Banking giant HSBC today said shareholders had taken up 96.6% of the new shares on offer in a £12.5bn (€13.7bn) rights issue.
The heavily-discounted cash call was the largest in UK corporate history after HSBC sustained heavy losses on its operations in the United States.
The strong take-up of new shares, which reached 98.2% in Hong Kong, is unsurprising given HSBC offered the stock to existing investors at 254 pence each. The share price was 434.5p on Friday night.
HSBC said it met more than 350 institutional investors during the two-month process, with the feedback described as "very positive". It said the cash call maintained the company's "signature" financial strength.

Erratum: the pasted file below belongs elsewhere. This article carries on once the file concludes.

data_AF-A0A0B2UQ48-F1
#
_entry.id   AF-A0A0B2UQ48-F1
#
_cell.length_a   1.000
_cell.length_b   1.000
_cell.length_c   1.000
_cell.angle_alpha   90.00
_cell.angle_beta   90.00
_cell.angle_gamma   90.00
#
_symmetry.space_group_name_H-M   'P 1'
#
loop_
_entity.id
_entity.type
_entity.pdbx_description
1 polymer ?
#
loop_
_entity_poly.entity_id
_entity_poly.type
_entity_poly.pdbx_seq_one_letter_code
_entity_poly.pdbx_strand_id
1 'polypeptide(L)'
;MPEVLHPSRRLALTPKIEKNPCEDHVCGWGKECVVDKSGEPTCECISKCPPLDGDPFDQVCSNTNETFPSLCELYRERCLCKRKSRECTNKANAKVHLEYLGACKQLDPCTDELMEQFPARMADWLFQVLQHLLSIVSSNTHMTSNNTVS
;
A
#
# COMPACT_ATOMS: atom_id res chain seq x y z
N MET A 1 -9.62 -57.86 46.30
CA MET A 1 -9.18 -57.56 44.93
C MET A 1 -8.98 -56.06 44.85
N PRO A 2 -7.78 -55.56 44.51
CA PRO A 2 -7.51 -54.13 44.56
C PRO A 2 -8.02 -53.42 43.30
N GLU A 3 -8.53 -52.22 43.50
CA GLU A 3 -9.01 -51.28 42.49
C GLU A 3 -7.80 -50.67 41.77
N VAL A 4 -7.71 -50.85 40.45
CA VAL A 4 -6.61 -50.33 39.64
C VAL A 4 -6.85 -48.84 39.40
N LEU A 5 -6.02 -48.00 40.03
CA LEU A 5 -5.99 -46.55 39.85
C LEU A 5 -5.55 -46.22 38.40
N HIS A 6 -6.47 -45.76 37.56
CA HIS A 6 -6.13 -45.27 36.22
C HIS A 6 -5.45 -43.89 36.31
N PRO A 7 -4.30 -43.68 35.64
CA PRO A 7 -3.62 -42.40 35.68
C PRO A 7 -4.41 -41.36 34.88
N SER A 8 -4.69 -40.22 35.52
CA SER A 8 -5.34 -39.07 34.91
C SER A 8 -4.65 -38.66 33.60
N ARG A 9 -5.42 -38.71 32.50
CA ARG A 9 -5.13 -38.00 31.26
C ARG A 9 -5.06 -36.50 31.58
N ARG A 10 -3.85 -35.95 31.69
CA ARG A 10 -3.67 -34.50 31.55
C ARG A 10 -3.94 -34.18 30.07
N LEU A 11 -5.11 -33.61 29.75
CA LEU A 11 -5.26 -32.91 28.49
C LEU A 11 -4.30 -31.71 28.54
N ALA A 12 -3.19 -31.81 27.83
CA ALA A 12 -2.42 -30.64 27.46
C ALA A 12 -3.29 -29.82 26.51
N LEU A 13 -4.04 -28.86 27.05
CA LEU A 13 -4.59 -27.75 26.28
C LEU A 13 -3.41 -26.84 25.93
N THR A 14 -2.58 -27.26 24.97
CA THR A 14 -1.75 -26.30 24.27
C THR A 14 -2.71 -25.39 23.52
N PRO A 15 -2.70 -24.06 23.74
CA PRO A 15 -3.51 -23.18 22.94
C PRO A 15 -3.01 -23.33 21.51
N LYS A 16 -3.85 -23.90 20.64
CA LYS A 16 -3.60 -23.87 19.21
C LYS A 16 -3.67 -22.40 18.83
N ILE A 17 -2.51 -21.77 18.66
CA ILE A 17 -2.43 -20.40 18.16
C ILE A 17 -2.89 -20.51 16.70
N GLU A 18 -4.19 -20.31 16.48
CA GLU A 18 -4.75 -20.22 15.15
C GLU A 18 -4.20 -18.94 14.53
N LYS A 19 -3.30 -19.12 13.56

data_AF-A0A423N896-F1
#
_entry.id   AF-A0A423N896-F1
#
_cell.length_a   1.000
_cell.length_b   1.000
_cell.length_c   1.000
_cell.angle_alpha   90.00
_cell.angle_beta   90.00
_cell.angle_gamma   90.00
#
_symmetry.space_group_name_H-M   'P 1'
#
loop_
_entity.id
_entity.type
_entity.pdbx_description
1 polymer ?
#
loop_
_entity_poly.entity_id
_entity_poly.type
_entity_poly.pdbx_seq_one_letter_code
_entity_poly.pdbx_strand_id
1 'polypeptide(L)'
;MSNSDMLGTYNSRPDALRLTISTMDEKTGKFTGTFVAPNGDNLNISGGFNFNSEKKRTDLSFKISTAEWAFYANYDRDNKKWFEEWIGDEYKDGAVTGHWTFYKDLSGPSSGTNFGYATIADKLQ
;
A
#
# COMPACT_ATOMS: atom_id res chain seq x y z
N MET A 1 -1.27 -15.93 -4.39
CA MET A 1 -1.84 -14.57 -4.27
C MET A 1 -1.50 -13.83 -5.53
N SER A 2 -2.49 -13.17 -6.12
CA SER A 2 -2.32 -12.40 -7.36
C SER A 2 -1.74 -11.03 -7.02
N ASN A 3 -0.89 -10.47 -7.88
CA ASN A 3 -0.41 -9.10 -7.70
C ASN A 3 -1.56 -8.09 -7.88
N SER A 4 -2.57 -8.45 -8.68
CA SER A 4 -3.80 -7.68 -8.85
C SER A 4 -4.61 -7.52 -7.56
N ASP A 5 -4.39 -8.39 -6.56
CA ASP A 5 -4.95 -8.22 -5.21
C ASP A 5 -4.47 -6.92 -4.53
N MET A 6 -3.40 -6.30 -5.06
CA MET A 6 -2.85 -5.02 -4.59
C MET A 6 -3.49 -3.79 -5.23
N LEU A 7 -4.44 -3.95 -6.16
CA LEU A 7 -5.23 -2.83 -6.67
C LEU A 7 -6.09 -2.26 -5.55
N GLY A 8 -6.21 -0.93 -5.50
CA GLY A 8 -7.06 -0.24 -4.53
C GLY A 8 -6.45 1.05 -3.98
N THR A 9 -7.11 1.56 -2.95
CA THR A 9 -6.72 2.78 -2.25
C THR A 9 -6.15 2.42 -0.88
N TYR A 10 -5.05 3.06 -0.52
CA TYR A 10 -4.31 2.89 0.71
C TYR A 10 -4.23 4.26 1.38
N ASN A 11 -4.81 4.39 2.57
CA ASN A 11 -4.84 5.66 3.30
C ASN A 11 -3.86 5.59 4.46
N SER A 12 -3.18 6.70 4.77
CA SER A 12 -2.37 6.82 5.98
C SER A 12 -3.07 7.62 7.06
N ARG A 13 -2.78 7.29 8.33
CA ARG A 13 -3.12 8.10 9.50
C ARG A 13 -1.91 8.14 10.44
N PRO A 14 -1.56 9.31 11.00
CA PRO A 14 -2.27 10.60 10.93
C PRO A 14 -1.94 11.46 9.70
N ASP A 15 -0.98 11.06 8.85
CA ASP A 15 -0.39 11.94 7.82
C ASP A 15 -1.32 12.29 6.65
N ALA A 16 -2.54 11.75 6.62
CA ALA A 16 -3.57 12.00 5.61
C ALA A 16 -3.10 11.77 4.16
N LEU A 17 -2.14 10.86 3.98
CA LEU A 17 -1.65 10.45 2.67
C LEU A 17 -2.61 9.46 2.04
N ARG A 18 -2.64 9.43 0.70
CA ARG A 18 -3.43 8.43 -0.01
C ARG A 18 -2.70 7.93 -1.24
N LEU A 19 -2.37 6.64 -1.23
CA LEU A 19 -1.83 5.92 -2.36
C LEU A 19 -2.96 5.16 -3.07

Chief executive Stephen Green added: "We remain confident that HSBC is well-placed in today's environment and that our strength leads to opportunity."
Listed on five stock exchanges, HSBC shares are held by more than 210,000 shareholders in 120 countries. The company expects those shares not taken up in the rights issue to be sold in the market on Monday.
HSBC has not been forced to call on state support - unlike Royal Bank of Scotland, Lloyds and HBOS - but the announcement of a 62% fall in profits - alongside writedowns totalling a mammoth US$24.9bn (€18.4bn) - still sent shockwaves through the market in February.
The fundraising will boost HSBC's core equity tier one ratio - a key measure of a bank's capital strength - to 8.5%. It will also leave it in a better position to buy cheap assets sold by struggling rivals.